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Press Statement: Alleged Child Rights Violations at Child Welfare Society Of Kenya (CWSK)

9th September, 2019                                  For Immediate Release


The attention of Kenya National Commission on Human Rights (KNCHR) has been drawn to the adverse media reports and subsequent public outcry following a media expose on alleged massive violation of children’s rights housed in a facility managed by the Child Welfare Society of Kenya (CWSK).

The media investigative report titled, “THE LEAD: Sad Story of Poor Kenyan minors neglected and abandoned by their Government,” was broadcasted on Tuesday, 3rd September, 2019 at 9pm by the Standard Media Group’s Television Station, KTN News. The expose brought to the fore a number of human rights violations that have and continue to be perpetuated against the vulnerable children entrusted to the care and custody of the Child Welfare Society of Kenya.

According to the media expose, there is credible documentation to support the alleged violations. Further, the media report makes reference to the access of whistle blowers who were heard calling upon the various duty bearers to act and protect the vulnerable children from the untold sufferings and child rights violation.

To this end, the Kenya National Commission on Human Rights takes notice of the alleged human rights and child rights violations highlighted in the media report.  The Commission notes that these are gross violations to;

  1. The right to human dignity
  2. The right to basic nutrition, shelter  and healthcare
  3.  The right for every child to be protected from abuse, neglect, harmful cultural practices, all forms of violence, inhuman treatment and punishment.
  4. The right to compulsory basic education

The Commission notes that Article 53 of the Constitution of Kenya provides a detailed entitlement of every child in Kenya and clarifies that the best interest of the child is of paramount importance in every matter concerning the child. The Commission takes cognizance that the Constitution and the provisions of the Children’s Act 2001 are aimed at ensuring that every child is safeguarded irrespective of whether they are in the hands of their parents, guardians, in public or private care-giving institutions.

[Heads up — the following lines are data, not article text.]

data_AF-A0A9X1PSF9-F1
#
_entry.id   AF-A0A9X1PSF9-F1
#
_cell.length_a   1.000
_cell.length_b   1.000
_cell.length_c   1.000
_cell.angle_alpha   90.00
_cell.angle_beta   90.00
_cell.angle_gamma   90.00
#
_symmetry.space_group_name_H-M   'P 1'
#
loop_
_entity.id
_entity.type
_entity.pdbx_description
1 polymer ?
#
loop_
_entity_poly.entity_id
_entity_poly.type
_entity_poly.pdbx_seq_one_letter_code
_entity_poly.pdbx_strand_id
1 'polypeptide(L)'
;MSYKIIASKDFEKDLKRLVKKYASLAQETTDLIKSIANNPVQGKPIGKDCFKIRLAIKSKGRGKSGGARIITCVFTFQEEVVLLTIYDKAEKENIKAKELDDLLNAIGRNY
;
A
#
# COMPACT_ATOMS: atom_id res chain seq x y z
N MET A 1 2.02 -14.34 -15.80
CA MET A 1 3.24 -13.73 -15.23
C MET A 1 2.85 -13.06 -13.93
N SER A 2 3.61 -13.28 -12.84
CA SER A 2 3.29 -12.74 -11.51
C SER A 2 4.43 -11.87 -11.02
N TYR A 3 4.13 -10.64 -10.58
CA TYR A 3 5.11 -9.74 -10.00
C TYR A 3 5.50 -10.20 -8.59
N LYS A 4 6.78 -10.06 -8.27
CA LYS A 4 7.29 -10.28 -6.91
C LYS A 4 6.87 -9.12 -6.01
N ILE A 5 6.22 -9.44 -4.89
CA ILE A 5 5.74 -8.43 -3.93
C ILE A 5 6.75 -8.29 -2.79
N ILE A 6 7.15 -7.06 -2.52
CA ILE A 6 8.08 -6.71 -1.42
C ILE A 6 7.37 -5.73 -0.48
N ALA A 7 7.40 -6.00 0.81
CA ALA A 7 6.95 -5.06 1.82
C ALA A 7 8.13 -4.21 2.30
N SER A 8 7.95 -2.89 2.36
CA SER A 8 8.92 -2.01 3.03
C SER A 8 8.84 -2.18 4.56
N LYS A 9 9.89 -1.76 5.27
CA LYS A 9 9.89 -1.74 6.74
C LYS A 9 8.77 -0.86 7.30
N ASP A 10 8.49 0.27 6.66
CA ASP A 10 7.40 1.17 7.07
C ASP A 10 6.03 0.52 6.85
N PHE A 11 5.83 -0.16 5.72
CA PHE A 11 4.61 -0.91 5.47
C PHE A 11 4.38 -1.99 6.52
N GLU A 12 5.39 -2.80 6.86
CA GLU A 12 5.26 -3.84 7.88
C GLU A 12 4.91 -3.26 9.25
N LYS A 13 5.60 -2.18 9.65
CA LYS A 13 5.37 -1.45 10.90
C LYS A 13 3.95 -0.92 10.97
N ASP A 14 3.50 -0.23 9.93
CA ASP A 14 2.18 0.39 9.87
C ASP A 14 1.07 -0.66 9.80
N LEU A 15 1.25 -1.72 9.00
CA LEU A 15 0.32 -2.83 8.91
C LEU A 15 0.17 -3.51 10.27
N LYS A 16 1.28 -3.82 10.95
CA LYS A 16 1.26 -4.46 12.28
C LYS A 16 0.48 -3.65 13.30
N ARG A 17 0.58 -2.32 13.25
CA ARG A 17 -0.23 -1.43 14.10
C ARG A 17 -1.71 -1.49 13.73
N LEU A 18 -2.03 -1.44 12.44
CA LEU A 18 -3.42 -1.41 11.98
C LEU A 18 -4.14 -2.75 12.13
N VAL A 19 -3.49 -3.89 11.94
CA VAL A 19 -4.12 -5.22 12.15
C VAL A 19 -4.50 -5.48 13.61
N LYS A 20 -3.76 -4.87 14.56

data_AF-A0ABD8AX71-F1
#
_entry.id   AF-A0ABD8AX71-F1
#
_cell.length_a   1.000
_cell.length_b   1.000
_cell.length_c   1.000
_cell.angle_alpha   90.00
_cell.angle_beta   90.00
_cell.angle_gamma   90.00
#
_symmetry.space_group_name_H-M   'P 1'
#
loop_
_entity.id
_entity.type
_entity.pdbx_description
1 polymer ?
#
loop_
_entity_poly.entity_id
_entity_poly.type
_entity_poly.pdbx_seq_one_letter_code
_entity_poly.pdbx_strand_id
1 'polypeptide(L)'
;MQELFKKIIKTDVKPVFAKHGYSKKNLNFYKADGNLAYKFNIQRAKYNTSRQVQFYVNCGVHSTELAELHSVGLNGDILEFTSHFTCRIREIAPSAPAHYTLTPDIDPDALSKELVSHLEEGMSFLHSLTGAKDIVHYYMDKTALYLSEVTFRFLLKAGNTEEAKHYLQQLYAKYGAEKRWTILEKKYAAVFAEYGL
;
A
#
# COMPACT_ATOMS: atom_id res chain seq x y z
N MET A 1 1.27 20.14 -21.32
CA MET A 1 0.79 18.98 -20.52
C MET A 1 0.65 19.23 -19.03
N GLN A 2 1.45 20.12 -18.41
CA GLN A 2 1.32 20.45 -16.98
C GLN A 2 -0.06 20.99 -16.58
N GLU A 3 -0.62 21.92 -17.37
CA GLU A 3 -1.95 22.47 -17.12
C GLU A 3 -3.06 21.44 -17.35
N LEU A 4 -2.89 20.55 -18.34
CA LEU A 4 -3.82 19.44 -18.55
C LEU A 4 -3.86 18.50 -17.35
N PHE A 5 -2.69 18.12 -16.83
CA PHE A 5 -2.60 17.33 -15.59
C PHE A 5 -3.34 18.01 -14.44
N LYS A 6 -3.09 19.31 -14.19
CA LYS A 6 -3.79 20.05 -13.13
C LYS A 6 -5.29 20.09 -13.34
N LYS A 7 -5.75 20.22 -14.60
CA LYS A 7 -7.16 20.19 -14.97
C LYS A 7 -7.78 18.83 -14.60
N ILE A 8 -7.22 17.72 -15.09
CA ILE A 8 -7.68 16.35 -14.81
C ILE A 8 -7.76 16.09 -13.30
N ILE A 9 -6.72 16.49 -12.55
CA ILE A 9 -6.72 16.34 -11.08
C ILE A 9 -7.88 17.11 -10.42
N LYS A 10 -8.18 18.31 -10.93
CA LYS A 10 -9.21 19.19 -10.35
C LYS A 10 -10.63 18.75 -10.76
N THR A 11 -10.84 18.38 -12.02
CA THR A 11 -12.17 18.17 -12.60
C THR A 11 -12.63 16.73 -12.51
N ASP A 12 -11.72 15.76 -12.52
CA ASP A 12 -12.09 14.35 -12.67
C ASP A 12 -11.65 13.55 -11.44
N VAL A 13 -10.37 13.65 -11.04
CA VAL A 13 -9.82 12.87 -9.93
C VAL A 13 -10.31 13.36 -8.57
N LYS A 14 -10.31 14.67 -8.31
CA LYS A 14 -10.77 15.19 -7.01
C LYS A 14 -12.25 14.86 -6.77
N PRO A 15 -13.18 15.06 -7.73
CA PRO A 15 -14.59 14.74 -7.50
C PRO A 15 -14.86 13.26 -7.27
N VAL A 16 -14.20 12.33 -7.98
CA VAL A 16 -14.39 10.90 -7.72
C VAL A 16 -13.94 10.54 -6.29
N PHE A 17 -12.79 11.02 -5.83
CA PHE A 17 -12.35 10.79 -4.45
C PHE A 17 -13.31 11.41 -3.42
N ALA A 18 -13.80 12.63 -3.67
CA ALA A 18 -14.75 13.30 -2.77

In view of the above and in light of the ongoing mainstream and social media conversations on the subject, Kenya National Commission on Human rights opines that Children Rights Are Human Rights’. Similarly the alleged children rights violations have elicited strong public interest since the children in question are Kenyan citizens who were supposed to be protected by the Child Welfare Society of Kenya, an entity funded by public funds. This then invites the application of the National Values and Principles as espoused in Articles 10 and 28 of the Constitution in assessing the reported alleged human rights violations and the Commission’s call for accountability on the alleged violations.

To this end, the Commission reminds the custodians of these children that;

  1. The right to life is sacrosanct,
  2. The right to respect and protection of  human dignity is inherent and
  3. The right to the highest attainable standard of health are key constitutional guarantees outlined in Chapter 4 of the Kenya Constitution.

Therefore, the alleged violations of the rights of vulnerable children at Child Welfare Society of Kenya must be investigated comprehensively and those found culpable be held to account through the justice system.

It is on the basis of the foregoing that the Kenya National Commission on Human Rights makes the following recommendations for immediate action;

  1. That the Director of Directorate of Criminal Investigations  commences comprehensive investigations into the alleged  child rights violations and abuse;
  2. That the Director of Children’s Services, in collaboration with other children-friendly care-giving institutions immediately rescues the children from the Child Welfare Society of Kenya facility in order to stop and forestall further child rights violations;
  3. That all the key stakeholders, the public, media houses, civil society organizations to submit to the Directorate of Criminal Investigations  or the Kenya National Commission on Human Rights any key information that can help aid the police investigations;
  4. That the enactment of the Children’s Bill, 2019 should be expedited by Parliament to ensure stronger child protection safeguards and proper oversight of Children Institutions in Kenya.

The Kenya National Commission on Human Rights also calls upon the affected parent(s) and any members of public with relevant information to share their statements or complaints with the Commission by visiting our Head Office located in Hurlingham, CVS Plaza, Kasuku Road off Lenana Road, or call us on 0724 256 448 / 0733 780 000 or send an SMS on 22359. A Commission staff will respond and/or get in touch immediately.

Kagwiria Mbogori,


Kenya National Commission on Human Rights

Documents to download

Categories: Press Statements
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